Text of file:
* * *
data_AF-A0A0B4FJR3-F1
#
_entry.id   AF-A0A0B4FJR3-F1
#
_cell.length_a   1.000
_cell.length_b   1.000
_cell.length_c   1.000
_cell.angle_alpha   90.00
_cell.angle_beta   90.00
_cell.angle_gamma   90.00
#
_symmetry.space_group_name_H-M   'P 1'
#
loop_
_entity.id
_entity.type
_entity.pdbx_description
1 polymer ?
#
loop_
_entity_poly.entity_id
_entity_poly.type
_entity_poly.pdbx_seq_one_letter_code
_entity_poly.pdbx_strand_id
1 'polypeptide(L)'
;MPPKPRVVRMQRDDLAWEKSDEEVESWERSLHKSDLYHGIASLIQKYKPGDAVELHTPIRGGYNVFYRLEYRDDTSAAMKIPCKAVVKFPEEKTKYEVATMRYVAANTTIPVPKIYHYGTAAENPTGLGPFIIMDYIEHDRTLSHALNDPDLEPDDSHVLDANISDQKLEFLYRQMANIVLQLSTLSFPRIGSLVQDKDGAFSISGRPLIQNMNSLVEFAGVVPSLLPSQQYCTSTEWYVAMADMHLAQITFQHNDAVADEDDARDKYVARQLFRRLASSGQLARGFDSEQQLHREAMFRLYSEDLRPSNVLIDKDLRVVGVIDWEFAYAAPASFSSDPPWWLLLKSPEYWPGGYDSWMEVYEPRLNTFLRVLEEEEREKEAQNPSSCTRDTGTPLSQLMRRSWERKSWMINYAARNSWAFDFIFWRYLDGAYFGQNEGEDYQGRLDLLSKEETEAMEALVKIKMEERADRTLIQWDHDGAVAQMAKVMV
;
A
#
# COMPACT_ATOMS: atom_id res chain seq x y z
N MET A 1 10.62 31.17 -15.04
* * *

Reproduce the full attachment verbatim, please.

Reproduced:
data_AF-A0A0B4FJR3-F1
#
_entry.id   AF-A0A0B4FJR3-F1
#
_cell.length_a   1.000
_cell.length_b   1.000
_cell.length_c   1.000
_cell.angle_alpha   90.00
_cell.angle_beta   90.00
_cell.angle_gamma   90.00
#
_symmetry.space_group_name_H-M   'P 1'
#
loop_
_entity.id
_entity.type
_entity.pdbx_description
1 polymer ?
#
loop_
_entity_poly.entity_id
_entity_poly.type
_entity_poly.pdbx_seq_one_letter_code
_entity_poly.pdbx_strand_id
1 'polypeptide(L)'
;MPPKPRVVRMQRDDLAWEKSDEEVESWERSLHKSDLYHGIASLIQKYKPGDAVELHTPIRGGYNVFYRLEYRDDTSAAMKIPCKAVVKFPEEKTKYEVATMRYVAANTTIPVPKIYHYGTAAENPTGLGPFIIMDYIEHDRTLSHALNDPDLEPDDSHVLDANISDQKLEFLYRQMANIVLQLSTLSFPRIGSLVQDKDGAFSISGRPLIQNMNSLVEFAGVVPSLLPSQQYCTSTEWYVAMADMHLAQITFQHNDAVADEDDARDKYVARQLFRRLASSGQLARGFDSEQQLHREAMFRLYSEDLRPSNVLIDKDLRVVGVIDWEFAYAAPASFSSDPPWWLLLKSPEYWPGGYDSWMEVYEPRLNTFLRVLEEEEREKEAQNPSSCTRDTGTPLSQLMRRSWERKSWMINYAARNSWAFDFIFWRYLDGAYFGQNEGEDYQGRLDLLSKEETEAMEALVKIKMEERADRTLIQWDHDGAVAQMAKVMV
;
A
#
# COMPACT_ATOMS: atom_id res chain seq x y z
N MET A 1 10.62 31.17 -15.04